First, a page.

medications, study, categories of drugs, liver disease, pregnancy safety

Generic Name: Acetaminophen
Indications: Fever, mild pain and moderate pain.
FDA Drug Category: B
Acetaminophen, the main ingredient in Tylenol, has recently been found to be associated with increased risks to the newborn.

One study, Association of Acetaminophen Use During Pregnancy With Behavioral Problems in Childhood: Evidence Against Confounding said: "Children exposed to acetaminophen prenatally are at increased risk of multiple behavioral difficulties," but also that further studies need to be performed.

There was also a Norwegian study which showed that children exposed to long-term uses of acetaminophen for more than 28 days had "substantially adverse developmental outcomes at 3 years of age". So until more information is available, long-term use of acetaminophen in pregnancy is not recommended. Pregnant women with liver disease, kidney disease or anemia should consult a physician before using acetaminophen during pregnancy. 

General Precautions

Pregnant women should take as little acetaminophen as possible to treat mild pain, moderate pain or fever, as directed by a physician. The maximum allowed dose is 4,000 mg per day. Consuming in excess of 4,000 mg per day can lead to kidney damage, liver damage or anemia.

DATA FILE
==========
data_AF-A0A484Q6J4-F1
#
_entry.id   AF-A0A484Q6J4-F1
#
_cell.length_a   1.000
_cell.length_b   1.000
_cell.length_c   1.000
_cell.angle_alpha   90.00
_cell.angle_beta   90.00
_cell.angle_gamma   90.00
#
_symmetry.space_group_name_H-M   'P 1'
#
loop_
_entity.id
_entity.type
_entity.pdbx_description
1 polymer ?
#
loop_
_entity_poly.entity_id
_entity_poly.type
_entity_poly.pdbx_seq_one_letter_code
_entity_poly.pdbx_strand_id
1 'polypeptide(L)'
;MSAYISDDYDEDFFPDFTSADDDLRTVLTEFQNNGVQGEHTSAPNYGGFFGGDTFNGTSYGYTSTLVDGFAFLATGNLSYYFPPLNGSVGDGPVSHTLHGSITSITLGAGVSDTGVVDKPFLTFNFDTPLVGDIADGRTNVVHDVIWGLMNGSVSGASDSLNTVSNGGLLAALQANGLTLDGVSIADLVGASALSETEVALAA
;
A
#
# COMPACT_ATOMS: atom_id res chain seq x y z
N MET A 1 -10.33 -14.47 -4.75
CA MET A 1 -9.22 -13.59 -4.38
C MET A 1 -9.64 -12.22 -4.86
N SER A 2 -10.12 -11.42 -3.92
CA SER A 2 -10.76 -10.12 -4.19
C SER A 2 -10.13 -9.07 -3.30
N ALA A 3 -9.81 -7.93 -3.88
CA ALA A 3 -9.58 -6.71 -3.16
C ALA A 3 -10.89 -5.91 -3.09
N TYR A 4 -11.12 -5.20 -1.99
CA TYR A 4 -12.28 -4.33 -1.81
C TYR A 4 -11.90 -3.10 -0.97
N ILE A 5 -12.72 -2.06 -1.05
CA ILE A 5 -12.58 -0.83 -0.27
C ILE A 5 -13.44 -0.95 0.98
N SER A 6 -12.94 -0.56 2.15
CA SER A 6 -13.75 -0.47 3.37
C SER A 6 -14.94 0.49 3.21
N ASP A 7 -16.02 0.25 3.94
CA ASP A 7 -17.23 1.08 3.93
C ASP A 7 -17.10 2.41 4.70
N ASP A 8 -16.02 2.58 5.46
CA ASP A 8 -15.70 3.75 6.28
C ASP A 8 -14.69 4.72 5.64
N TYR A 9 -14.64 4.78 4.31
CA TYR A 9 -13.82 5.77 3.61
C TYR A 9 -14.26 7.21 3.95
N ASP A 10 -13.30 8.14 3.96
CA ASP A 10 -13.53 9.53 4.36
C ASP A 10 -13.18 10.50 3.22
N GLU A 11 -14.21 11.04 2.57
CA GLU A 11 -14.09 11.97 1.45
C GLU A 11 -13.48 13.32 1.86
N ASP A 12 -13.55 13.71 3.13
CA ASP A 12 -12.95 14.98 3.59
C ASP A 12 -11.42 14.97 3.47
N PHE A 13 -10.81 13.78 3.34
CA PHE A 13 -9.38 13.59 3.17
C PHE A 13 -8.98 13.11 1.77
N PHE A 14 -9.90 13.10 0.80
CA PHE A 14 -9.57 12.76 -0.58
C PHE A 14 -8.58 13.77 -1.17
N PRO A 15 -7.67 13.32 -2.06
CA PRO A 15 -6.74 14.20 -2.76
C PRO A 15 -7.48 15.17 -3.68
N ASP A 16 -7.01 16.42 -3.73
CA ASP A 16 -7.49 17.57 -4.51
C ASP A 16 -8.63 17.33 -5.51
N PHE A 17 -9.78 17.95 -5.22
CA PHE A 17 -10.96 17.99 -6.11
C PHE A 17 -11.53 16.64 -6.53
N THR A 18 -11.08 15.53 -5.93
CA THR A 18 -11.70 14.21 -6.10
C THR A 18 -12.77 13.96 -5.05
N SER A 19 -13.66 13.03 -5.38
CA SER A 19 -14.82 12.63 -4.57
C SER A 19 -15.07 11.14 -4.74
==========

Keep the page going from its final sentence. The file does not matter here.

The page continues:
Trying To Conceive (TTC)

Like most other medications, Tylenol or acetaminophen should only be used when indicated and according to instructions.


There is no increased risk of miscarriage or fetal/maternal death associated with using the medication according to package instructions.

At least one study has linked regular, daily use of acetaminophen during the second trimester of pregnancy with increased risk of wheezing and/or asthma. The risk is minimal and doctors believe the risk of danger to the fetus due to leaving pain or fever untreated could be higher than the risk of lung-related side effects. 

Safety During Breastfeeding

There are no known contraindications for taking acetaminophen while breastfeeding. The pain reliever and fever reducer does pass on to the fetus, but only in amounts at or below approved levels for infant consumption. There have been no reports of birth defects associated with acetaminophen use at recommended doses. Use of acetaminophen while breastfeeding is supported by the World Health Organization and the American Academy of Pediatrics.

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